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close this bookBasic Laboratory Procedures in Clinical Bacteriology (WHO; 1991; 128 pages)
View the documentPreface
View the documentIntroduction
open this folder and view contentsQuality assurance in microbiology
close this folderPart I. Bacteriological investigations
open this folder and view contentsBlood
open this folder and view contentsCerebrospinal fluid
open this folder and view contentsUrine
open this folder and view contentsStool
open this folder and view contentsLower respiratory tract infections
open this folder and view contentsUpper respiratory tract infections
open this folder and view contentsSexually transmitted diseases
open this folder and view contentsPurulent exudates, wounds, and abscesses
open this folder and view contentsAnaerobic bacteriology
close this folderAntimicrobial susceptibility testing
View the documentIntroduction
View the documentGeneral principles of antimicrobial susceptibility testing
View the documentClinical definition of terms “resistant” and “susceptible”: the three-category system
View the documentIndications for routine susceptibility tests
View the documentChoice of drugs for routine susceptibility tests in the clinical laboratory
View the documentThe modified Kirby-Bauer method
View the documentDirect versus indirect susceptibility tests
View the documentTechnical factors influencing the size of the zone in the disc diffusion method
View the documentQuality control
open this folder and view contentsPart II. Essential media and reagents for isolation and identification of clinical pathogens
View the documentSelected further reading
View the documentSelected WHO publications of related interest
View the documentBack Cover
 

Quality control

The need for quality control in the susceptibility test

The final result of a disc diffusion test is influenced by a large number of variables. Some of the factors, such as the inoculum density and the incubation temperature, are easy to control, but a laboratory rarely knows the exact composition of a commercial medium or the batch-to-batch variations in its quality, and it cannot take for granted the antimicrobial content of the discs. The results of the test must therefore be monitored constantly by a quality control programme, which should be considered part of the procedure itself.

The precision and accuracy of the test are controlled by the parallel use of a set of control strains, with known susceptibility to the antimicrobial agents. These quality control strains are tested using exactly the same procedure as for the test organisms. The zone sizes shown by the control organisms should fall within the range of diameters given in Table 13. When results regularly fall outside this range, they should be regarded as evidence that a technical error has been introduced into the test, or that the reagents are at fault. Each reagent and each step in the test should then be investigated until the cause of the error has been found and eliminated.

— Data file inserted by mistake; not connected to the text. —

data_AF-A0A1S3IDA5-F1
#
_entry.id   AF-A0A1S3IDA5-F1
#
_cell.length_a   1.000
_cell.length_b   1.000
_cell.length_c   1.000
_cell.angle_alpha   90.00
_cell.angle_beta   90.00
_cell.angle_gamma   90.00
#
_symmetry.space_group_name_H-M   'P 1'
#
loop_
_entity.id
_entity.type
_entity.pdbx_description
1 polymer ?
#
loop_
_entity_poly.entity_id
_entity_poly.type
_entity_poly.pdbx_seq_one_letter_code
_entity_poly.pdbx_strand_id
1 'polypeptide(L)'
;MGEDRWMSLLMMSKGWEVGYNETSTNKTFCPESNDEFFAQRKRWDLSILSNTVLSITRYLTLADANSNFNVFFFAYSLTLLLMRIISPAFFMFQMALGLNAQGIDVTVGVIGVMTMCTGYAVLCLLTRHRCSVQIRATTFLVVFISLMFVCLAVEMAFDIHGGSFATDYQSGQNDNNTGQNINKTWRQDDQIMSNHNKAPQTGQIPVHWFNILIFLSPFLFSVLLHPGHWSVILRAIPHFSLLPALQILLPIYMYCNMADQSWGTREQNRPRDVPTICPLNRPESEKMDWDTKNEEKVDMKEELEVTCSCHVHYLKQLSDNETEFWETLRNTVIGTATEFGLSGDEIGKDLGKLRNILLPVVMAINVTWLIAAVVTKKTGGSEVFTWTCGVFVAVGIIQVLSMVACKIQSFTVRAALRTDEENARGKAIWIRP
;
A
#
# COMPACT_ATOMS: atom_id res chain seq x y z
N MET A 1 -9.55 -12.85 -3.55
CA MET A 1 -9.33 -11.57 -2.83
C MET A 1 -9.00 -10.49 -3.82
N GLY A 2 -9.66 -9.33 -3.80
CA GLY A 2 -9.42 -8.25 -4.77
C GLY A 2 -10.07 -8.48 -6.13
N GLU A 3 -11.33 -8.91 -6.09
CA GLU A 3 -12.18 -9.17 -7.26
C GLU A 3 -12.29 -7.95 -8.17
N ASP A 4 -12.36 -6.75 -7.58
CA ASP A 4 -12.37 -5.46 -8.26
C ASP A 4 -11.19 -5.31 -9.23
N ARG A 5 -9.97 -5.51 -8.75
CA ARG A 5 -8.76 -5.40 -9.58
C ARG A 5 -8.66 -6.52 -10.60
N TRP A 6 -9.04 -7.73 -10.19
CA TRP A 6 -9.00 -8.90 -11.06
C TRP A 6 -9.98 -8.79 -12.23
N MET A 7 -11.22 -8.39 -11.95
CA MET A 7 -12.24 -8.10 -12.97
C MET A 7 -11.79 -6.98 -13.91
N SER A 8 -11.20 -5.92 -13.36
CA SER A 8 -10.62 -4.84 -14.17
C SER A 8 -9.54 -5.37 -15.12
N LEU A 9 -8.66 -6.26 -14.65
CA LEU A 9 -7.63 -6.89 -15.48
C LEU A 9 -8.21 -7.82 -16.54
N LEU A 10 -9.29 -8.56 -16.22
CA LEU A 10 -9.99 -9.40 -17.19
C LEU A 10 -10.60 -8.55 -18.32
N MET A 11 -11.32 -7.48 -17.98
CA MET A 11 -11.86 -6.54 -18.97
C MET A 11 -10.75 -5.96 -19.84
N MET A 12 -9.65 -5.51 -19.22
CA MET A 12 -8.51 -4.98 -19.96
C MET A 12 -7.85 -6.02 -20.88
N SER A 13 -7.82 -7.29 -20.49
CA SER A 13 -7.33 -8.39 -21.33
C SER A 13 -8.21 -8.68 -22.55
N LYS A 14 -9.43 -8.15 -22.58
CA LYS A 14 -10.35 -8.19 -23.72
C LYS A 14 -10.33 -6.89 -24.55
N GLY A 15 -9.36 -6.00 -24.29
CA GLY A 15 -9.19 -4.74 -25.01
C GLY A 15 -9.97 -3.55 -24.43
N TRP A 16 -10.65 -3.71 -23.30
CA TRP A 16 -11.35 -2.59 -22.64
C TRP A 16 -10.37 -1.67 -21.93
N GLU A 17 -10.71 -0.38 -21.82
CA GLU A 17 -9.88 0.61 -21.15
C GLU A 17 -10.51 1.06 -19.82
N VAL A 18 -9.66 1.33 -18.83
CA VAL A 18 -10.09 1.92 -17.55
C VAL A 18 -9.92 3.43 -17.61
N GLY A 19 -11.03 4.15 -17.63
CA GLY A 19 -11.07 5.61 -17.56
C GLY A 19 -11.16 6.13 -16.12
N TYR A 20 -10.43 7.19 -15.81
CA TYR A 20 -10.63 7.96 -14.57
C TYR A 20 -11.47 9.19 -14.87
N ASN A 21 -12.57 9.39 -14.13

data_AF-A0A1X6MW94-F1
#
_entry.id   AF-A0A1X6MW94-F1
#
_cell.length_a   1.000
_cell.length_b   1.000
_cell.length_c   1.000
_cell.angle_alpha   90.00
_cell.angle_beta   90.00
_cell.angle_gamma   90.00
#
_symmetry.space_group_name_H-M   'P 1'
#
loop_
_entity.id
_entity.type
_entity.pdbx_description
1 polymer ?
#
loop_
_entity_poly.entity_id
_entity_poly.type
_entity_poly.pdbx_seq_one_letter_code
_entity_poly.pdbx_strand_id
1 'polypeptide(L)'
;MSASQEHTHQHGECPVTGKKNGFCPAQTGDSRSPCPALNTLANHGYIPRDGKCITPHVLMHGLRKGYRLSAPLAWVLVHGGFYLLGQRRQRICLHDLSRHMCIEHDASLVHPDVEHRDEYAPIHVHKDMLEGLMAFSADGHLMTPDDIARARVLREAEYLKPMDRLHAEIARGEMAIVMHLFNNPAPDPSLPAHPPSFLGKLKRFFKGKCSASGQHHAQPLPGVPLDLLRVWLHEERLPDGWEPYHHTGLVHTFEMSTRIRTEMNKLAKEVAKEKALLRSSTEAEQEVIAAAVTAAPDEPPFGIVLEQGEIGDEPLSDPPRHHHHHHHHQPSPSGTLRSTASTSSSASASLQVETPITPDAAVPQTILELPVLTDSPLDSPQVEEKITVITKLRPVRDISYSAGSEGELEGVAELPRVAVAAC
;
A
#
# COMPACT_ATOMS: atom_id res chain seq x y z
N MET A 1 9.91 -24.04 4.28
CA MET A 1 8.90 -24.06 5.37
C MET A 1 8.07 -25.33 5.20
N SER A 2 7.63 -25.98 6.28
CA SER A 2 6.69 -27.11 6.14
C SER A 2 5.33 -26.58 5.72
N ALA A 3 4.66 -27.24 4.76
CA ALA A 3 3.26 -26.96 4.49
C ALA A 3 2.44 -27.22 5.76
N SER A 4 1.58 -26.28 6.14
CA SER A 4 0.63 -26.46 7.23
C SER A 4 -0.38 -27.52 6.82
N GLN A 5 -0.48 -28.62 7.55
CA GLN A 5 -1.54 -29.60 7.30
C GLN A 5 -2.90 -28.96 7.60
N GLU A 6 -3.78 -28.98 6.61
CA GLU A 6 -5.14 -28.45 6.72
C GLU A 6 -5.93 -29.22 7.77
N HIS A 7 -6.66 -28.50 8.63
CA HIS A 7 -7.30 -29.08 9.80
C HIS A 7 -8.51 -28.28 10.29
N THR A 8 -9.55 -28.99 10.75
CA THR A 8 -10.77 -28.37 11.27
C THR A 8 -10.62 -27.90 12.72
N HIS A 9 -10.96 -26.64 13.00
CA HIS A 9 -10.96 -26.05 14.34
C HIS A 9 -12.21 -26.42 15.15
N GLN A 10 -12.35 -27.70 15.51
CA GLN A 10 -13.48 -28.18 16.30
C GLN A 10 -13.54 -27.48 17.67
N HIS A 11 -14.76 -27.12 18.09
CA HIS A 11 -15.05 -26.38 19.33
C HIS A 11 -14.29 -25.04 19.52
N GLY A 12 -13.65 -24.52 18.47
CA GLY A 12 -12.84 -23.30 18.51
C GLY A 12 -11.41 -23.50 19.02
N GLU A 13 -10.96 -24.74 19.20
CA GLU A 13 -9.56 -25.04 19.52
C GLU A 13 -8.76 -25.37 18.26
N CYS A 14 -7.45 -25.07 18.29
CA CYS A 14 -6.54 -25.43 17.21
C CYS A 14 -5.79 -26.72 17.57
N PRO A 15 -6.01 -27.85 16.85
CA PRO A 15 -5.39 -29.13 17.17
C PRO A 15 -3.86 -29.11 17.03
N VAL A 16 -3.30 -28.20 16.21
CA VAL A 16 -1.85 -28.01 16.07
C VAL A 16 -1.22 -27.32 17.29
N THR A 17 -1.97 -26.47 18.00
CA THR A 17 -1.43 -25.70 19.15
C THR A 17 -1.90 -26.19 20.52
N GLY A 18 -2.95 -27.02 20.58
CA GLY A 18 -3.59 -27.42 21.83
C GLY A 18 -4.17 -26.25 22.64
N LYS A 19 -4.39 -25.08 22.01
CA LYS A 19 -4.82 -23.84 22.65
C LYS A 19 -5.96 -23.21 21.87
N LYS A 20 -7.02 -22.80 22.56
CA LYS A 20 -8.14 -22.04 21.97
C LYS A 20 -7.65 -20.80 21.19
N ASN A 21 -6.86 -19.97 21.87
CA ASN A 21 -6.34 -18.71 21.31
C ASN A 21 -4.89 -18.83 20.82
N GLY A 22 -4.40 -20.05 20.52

Standard procedure for quality control

The quality control programme should use standard reference strains of bacteria that are tested in parallel with the clinical cultures. They should preferably be run every week, or with every fifth batch of tests, and, in addition, every time that a new batch of Mueller-Hinton agar or a new batch of discs is used.

Standard strains for quality control

Staphylococcus aureus (ATCC 25923)
Escherichia coli (ATCC 25922)
Pseudomonas aeruginosa (ATCC 27853)

These cultures can be obtained from national culture collections. They are commercially available in the form of pellets of desiccated pure cultures.

Cultures for day-to-day use should be grown on slants of nutrient agar (tryptic soy agar is convenient) and stored in the refrigerator. They should be subcultured on to fresh slants every 2 weeks.

Preparing the inoculum

The cultures may be inoculated into any type of broth, and incubated until the broth is turbid. Each broth should be streaked on to an agar plate and incubated overnight. Single colonies should then be picked off and submitted to susceptibility tests as described on “Procedure”.

Placing antimicrobial discs

After the inoculum has been streaked on to the plates, as described on “Procedure”, the appropriate discs should be applied. The discs to be selected for each control strain are listed in Table 13.

Reading the plates

After 16 to 18 hours’ incubation, the diameters of the inhibition zones should be measured with a ruler and recorded, together with the date of the test, on a special quality control chart. This chart should display data for each disc - strain combination. The chart is labelled in millimetres, with an indication of the range of acceptable zone sizes. An example of such a chart is shown in Fig. 11. When the results consistently fall outside the acceptable limits, action should be taken to improve the quality of the test.

Grossly aberrant results, which cannot be explained by technical errors in the procedure, may indicate contamination or sudden changes in the susceptibility or growth characteristics of the control strain. If this occurs, a fresh stock-strain should be obtained from a reliable source.


Fig. 11. Quality control chart for antimicrobial susceptibility testing

Control disc: Ampicillin disc 10 μg. Control strain: E. coli ATCC 25922

 

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